Biofuel

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Content – Other fuels

 


 

Definition of biofuel.

The most common definition of “biofuel” is; a fuel that is produced or derived from biological matter, from recently living plants or organisms different from the geological processes of forming fossil fuels from prehistoric biological matter.

Biofuels are produced in solid, liquid or gaseous form.

There are different categories of biofuel for use in gasoline, diesel and natural gas engines, some types can easily be used without any problems, others will require more testing before they can be used and possibly would require modifications to be made to the engines before safely used.

The main categories of biofuel are:

  • Various types of biodiesel
  • Ethanol which is the main substitute for gasoline
  • Biogas, mainly methane but also some butane and propane produced from biomass as substitutes for fossil natural gas.

Bio-ethanol is mainly produced from sugarcanes and residues from the pulp industry, while most first generation biodiesel is produced from food crops such as soybeans, canola and palm oil plants.

Second generation biodiesel often called HVO, advanced, green, synthetic or renewable diesel is produced from waste containing vegetable oils or animal fats or residue from forestry. This is a biodiesel with similar composition as fossil diesel but without any smell, taste or harmful contaminations.

HVO is an abbrevation for hydrogenated vegetable oil.

Biogas is generated through biological digestion of various organic materials from animal farming, sewage and landfills.

Since the car or engine manufacturers do not yet fully approve liquid biofuels as adequate replacement for fossil fuel, liquid biofuel in most cases is only used as an additive that is mixed into the fossil fuel.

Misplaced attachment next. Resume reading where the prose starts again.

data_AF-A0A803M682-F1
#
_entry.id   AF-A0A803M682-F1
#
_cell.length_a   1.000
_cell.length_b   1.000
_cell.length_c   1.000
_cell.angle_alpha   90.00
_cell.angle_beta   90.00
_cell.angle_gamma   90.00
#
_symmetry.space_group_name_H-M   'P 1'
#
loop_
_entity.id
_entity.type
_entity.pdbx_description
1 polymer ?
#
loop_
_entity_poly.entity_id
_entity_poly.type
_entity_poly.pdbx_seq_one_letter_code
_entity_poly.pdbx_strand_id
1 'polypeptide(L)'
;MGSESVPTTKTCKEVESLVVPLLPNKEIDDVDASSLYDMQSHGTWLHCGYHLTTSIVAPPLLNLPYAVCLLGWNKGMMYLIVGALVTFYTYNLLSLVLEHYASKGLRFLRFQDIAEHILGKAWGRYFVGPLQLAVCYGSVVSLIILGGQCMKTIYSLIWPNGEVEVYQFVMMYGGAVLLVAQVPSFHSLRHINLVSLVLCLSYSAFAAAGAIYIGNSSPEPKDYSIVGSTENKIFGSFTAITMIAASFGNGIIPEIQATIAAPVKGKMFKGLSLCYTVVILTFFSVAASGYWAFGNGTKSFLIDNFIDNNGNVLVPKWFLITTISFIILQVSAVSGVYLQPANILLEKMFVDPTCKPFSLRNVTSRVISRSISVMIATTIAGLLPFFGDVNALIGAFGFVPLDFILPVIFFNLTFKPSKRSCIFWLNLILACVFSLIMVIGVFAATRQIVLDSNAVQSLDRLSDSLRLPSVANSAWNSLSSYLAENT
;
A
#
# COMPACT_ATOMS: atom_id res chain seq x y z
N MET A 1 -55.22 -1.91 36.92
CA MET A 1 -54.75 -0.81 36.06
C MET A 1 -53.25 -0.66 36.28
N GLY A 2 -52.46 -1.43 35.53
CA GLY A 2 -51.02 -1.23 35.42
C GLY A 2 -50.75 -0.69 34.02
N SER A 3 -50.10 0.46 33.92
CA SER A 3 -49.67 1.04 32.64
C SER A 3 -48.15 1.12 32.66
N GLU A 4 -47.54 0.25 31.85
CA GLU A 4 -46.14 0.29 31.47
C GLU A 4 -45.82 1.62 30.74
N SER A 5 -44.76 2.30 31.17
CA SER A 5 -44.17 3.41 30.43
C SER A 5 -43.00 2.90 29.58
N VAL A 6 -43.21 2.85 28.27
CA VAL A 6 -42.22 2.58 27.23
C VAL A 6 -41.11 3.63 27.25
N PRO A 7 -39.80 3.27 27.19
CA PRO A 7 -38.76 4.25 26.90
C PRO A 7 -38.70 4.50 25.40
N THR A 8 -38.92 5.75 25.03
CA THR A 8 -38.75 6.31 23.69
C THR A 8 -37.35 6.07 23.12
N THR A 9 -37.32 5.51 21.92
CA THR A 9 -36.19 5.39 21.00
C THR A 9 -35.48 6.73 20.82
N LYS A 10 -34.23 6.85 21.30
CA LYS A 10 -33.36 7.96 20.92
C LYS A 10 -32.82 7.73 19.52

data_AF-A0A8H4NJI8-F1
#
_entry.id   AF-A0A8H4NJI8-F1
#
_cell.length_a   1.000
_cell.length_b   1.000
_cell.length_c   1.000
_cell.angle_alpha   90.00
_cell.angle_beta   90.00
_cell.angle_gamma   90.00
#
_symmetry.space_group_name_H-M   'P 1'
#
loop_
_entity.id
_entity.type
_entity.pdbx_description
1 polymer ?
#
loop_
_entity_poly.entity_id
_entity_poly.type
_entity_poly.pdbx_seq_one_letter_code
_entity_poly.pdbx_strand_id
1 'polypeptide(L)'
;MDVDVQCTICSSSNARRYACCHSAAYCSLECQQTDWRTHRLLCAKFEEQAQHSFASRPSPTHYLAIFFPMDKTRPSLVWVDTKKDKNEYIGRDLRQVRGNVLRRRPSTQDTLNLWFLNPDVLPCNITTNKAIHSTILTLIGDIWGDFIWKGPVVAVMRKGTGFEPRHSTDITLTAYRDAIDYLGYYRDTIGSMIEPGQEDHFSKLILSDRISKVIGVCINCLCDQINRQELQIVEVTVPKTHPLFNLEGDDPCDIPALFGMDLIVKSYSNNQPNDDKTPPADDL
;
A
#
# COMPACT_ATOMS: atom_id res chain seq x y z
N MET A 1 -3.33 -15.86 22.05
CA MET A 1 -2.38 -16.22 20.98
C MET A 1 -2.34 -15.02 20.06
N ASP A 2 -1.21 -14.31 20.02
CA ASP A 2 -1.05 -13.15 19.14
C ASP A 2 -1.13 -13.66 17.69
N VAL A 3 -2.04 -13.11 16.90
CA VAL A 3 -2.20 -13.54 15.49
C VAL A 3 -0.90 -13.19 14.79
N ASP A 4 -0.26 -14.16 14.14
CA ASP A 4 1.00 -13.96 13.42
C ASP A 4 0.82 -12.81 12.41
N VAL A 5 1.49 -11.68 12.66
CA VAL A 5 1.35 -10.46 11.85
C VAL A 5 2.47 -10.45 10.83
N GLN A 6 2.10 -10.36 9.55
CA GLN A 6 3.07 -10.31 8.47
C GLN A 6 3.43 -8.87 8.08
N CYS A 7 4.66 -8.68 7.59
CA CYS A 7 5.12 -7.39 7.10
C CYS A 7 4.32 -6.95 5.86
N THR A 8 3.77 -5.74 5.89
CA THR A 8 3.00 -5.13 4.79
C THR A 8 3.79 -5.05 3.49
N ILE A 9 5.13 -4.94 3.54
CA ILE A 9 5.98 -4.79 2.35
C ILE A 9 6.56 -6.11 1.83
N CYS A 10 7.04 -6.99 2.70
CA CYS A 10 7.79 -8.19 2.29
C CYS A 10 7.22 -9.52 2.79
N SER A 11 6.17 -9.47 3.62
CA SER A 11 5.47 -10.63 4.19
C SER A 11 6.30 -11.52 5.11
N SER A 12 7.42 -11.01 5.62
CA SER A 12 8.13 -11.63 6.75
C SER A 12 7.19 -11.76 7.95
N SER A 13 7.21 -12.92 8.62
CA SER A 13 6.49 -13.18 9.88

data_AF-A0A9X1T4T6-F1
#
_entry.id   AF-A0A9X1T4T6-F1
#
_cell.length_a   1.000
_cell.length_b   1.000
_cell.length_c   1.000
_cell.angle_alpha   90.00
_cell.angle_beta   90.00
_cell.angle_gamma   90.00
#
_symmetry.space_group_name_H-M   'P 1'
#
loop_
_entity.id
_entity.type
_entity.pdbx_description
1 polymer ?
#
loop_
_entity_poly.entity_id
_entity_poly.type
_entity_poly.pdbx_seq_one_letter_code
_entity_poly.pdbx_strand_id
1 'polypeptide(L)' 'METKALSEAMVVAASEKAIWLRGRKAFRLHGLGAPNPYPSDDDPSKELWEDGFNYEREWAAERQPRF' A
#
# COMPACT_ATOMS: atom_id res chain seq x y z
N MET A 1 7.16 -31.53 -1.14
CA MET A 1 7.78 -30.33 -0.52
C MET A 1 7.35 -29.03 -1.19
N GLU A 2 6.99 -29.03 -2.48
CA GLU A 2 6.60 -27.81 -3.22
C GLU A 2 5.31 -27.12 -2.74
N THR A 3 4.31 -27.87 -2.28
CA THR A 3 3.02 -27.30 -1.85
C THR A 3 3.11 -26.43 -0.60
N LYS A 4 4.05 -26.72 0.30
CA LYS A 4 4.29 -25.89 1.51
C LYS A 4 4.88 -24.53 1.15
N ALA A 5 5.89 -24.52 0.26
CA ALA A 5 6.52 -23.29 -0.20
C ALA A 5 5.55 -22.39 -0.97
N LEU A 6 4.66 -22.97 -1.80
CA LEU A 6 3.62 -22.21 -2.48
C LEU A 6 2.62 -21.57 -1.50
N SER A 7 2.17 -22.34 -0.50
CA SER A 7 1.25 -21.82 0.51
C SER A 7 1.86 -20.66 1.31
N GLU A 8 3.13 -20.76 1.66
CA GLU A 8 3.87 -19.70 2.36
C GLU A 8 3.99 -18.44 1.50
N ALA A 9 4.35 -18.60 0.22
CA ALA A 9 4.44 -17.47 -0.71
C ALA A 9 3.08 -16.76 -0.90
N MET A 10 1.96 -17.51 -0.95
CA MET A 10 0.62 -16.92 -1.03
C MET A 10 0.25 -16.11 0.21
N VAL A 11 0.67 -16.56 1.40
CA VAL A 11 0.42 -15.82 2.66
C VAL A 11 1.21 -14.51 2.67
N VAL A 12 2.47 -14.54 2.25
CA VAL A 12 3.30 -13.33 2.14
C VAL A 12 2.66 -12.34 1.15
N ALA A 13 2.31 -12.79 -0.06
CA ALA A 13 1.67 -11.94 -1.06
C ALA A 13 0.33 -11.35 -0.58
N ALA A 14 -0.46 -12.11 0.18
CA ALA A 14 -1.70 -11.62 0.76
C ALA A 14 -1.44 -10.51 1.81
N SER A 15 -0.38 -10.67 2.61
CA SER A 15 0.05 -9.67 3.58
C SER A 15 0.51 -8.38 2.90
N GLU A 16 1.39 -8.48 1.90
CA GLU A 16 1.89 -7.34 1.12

The exception being second-generation biodiesel such as HVO that is approved by most truck manufacturers.

However, since the availability is scarce and the price is high the use so far is very limited.

5 – 10% biodiesel or bioethanol may normally be blended into petroleum based diesel or gasoline without harming the engines.

There are some exceptions to this; in particular some older fuel injection engines are sensitive to biofuel.

Emissions from biofuel

Combustion of biofuels emits CO2 and depending on the fuel and the use, may also emit other harmful substances such as carbon particulates, carbon monoxide and NO(various nitrous gases).

However biofuels are considered less harmful to the environment than the traditional fossil fuels since the emission of greenhouse gases from biofuels is not seen as increasing the net amount of greenhouse gases in the atmosphere.

The reason for this is that the biofuels are produced from renewable sources that take part in the “short term” carbon cycle.

Also the emissions of carbon particulates, carbon monoxide, NOx and sulphur compounds in some cases are reduced or can be reduced compared to burning fossil fuels.

Meaning that:

  • The amount of greenhouse gases released from the combustion of biofuel would have been released through natural decomposition of the biological material if it had not been converted and used as biofuel.
  • The trees, algae and other green plants that forms the biomass, the basis for the biofuel have already absorbed a similar amount of CO2 through the photosynthesis as what is emitted through the combustion process.
  • If trees, algae and other green plants are replanted they will absorb a similar amount of CO2 through the photosynthesis as what is emitted through the combustion process.

As already pointed out, there are various forms of biofuel, some may be used in existing infrastructure and equipment others will require modifications to engines and other infrastructure. 5% – 10% of biodiesel or bioethanol may be blended into petroleum based diesel or gasoline without harming the engine. Biogas may be used in engines already prepared for fossil gas as fuel.

The most common forms of biofuels are: Biomass, biogas, ethanol, methanol, and biodiesel.